Friday, August 08, 2014

Opinion: A reminder on why using closed systems is bad

I use a lot of closed systems. In fact, I rely on many of them. To name a few Skype, Windows and now an iPhone. I also use a lot of opensource (including developing my own opensource projects). With open systems (as in with availability of source code), you are always in control and not at the mercy of the initial company that developed it.

So when I heard of Skype discontinuing support for WP7 devices (, it was a reminder how bad this could turn up to be. I had been using a Lumia 800 device for quite some time and actually had no plans to switch until Septemeber, when the official support for WP7 ended. But I switched to another closed system, and iPhone because of a number of reasons: primary one being I just wanted the device to work for me without me tinkering a lot. This is the same reason I use Windows on my home machine. I just have no time to do the tweaking required for open systems to work for me always. But this comes with one major issue such as the one exhibited by the dropping of Skype  on WP7. When I bought into WP7 from Nokia (as they never released the N9 in India), I was quite aware that I was going into a totally closed system, but just ignored it. Lumia 800, started its life without Skype, it came a few months after wards, and now even if the device is in great shape, Skype is altogether dropping support for the device.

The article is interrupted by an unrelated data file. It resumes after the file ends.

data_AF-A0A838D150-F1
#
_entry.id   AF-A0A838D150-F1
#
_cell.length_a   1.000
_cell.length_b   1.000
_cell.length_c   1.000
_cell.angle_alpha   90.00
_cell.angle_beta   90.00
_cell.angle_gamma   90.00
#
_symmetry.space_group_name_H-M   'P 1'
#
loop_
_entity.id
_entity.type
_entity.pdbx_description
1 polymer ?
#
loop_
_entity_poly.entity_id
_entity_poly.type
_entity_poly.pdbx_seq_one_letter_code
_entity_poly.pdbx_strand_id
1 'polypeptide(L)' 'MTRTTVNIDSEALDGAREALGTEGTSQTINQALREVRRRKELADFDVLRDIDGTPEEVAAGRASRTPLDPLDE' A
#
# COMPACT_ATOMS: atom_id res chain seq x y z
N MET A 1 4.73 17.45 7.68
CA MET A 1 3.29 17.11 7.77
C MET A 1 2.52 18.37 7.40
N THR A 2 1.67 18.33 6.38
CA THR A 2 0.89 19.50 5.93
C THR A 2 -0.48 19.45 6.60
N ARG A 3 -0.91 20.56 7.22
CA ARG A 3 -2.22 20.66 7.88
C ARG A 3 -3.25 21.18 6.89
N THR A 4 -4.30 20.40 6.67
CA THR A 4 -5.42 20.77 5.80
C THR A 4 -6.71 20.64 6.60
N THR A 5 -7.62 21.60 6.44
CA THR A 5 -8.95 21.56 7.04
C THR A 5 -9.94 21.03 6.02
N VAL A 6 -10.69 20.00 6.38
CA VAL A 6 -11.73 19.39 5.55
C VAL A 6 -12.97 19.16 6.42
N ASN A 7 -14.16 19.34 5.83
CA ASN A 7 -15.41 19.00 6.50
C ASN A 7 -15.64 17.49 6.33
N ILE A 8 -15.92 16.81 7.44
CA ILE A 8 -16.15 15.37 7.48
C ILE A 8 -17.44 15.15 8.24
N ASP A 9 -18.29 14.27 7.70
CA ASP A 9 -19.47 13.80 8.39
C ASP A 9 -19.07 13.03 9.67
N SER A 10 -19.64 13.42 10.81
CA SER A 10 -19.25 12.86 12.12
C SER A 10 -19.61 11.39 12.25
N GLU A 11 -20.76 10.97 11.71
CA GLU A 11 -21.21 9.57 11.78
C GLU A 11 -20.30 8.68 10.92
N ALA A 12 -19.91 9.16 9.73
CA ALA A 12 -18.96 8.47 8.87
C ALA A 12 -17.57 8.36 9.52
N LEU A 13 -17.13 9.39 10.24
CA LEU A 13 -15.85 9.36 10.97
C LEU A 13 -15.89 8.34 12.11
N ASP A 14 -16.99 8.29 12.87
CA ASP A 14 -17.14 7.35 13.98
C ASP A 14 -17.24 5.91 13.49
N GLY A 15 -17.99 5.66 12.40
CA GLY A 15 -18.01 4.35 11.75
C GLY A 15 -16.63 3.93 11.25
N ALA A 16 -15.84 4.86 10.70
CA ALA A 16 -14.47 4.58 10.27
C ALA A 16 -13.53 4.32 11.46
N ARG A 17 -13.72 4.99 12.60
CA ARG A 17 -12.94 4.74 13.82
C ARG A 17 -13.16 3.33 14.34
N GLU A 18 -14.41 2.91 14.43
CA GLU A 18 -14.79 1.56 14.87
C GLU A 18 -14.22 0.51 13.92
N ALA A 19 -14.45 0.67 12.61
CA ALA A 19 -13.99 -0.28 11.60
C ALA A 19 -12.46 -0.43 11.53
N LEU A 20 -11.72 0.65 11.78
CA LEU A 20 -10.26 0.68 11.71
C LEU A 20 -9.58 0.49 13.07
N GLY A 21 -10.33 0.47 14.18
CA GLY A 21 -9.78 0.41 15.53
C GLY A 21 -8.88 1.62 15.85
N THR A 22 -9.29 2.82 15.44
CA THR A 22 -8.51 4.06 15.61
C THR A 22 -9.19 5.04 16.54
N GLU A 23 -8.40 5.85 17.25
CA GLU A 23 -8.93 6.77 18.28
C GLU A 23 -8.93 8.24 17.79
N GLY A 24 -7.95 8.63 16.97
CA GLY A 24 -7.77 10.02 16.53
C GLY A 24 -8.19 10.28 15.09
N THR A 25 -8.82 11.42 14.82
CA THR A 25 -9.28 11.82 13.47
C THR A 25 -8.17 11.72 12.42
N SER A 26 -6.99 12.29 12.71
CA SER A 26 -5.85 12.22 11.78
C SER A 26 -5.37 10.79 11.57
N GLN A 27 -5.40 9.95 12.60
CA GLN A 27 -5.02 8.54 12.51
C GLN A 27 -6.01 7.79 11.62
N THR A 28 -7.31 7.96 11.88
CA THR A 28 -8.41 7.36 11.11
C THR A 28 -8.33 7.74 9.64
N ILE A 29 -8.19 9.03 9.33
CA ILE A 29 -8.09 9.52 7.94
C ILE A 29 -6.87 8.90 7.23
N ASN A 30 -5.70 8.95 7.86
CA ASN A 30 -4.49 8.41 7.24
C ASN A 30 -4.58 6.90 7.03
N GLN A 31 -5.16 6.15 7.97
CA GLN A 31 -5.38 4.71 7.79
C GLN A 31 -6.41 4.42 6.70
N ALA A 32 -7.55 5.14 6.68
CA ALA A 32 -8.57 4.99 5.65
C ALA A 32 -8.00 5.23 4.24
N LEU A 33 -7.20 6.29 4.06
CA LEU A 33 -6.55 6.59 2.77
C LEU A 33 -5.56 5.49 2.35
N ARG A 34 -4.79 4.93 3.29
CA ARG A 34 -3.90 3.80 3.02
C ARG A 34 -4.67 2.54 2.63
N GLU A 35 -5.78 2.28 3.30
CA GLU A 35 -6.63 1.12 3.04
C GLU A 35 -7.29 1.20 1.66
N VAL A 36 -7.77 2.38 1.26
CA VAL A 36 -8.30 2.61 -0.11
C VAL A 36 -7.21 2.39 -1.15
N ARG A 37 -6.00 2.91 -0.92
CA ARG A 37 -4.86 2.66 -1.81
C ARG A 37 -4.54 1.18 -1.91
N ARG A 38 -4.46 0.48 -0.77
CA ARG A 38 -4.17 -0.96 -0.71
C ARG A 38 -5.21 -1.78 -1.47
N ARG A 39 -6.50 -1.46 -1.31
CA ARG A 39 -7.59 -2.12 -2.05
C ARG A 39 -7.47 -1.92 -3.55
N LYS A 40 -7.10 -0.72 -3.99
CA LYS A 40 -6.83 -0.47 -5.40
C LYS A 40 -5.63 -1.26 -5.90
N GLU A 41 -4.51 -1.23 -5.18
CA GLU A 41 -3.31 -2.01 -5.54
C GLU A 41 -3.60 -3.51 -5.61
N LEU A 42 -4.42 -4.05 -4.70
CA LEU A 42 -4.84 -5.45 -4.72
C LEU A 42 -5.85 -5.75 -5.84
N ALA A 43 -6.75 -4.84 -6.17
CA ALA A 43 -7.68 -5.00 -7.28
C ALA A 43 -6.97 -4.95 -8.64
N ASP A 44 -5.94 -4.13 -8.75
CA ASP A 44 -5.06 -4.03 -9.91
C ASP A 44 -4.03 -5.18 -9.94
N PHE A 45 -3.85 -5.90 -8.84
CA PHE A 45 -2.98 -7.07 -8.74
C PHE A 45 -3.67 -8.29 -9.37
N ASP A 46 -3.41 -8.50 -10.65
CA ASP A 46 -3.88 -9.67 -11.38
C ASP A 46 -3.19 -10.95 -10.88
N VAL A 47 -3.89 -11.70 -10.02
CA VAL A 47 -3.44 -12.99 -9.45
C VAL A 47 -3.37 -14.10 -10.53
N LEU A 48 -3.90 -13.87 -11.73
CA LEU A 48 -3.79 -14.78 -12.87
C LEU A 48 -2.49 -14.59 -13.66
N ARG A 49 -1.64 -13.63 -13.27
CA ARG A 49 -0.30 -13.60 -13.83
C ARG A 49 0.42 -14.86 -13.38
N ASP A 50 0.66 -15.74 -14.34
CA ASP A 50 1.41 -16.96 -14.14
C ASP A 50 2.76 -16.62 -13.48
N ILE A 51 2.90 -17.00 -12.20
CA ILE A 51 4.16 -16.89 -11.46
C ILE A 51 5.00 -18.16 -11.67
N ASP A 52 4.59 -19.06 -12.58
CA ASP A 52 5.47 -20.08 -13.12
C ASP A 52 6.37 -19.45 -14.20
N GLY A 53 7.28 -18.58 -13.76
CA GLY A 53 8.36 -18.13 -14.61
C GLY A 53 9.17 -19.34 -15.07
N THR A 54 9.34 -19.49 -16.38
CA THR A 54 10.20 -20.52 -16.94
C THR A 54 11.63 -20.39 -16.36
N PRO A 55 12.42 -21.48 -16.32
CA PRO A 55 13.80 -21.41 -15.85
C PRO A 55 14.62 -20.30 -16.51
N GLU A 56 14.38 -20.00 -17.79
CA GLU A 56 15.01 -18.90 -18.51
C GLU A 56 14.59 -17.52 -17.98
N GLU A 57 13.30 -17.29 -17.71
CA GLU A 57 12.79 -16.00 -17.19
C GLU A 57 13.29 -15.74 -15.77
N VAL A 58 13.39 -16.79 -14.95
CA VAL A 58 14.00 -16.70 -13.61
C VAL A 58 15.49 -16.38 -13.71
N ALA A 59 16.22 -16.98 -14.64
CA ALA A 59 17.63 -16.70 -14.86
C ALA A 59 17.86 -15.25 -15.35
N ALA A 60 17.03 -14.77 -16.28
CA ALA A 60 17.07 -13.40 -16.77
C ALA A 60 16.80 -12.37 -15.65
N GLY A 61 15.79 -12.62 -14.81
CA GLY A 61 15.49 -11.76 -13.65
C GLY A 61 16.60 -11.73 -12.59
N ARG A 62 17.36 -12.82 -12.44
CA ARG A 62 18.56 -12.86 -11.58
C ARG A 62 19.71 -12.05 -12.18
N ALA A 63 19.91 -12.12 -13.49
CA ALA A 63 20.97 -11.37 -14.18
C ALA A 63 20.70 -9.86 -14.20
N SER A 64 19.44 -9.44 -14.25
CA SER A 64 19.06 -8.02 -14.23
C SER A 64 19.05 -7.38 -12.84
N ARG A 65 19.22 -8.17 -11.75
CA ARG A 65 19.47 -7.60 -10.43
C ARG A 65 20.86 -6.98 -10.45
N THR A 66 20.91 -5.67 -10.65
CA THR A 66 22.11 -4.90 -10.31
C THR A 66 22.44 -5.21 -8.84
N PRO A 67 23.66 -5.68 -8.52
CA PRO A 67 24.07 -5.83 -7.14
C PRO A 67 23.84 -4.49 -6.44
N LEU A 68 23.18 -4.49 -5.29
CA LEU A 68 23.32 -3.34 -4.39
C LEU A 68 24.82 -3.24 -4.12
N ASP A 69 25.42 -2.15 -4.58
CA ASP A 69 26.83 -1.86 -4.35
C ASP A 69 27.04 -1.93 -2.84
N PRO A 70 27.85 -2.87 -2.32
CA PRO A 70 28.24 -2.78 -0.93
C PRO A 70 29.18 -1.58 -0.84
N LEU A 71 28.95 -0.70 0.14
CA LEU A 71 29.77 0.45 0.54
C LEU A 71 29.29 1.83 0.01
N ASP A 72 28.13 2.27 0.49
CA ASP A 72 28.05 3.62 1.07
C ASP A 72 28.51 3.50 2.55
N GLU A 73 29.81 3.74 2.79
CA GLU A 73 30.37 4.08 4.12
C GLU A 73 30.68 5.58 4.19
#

I presume that about 2 years down the lane it will be the same issue with my current iPhone: Apple will drop support and force me to upgrade to a new device, even if the device may be in good shape.

That brings me to other question: should I switch to more open systems like Jolla? Probably I should, but then I won't be able to do a tonnes of things that I so easily accomplish on my current iPhone. There is probably a fine balance between open and closed systems. One can't probably choose completely over the other. What is probably still in your hands is that you still have complete control over the data that you store in these devices.

Update: The reactions here (, pretty much sum up my feeling towards how MS has handled its mobile OS strategy. They have simply screwed up.

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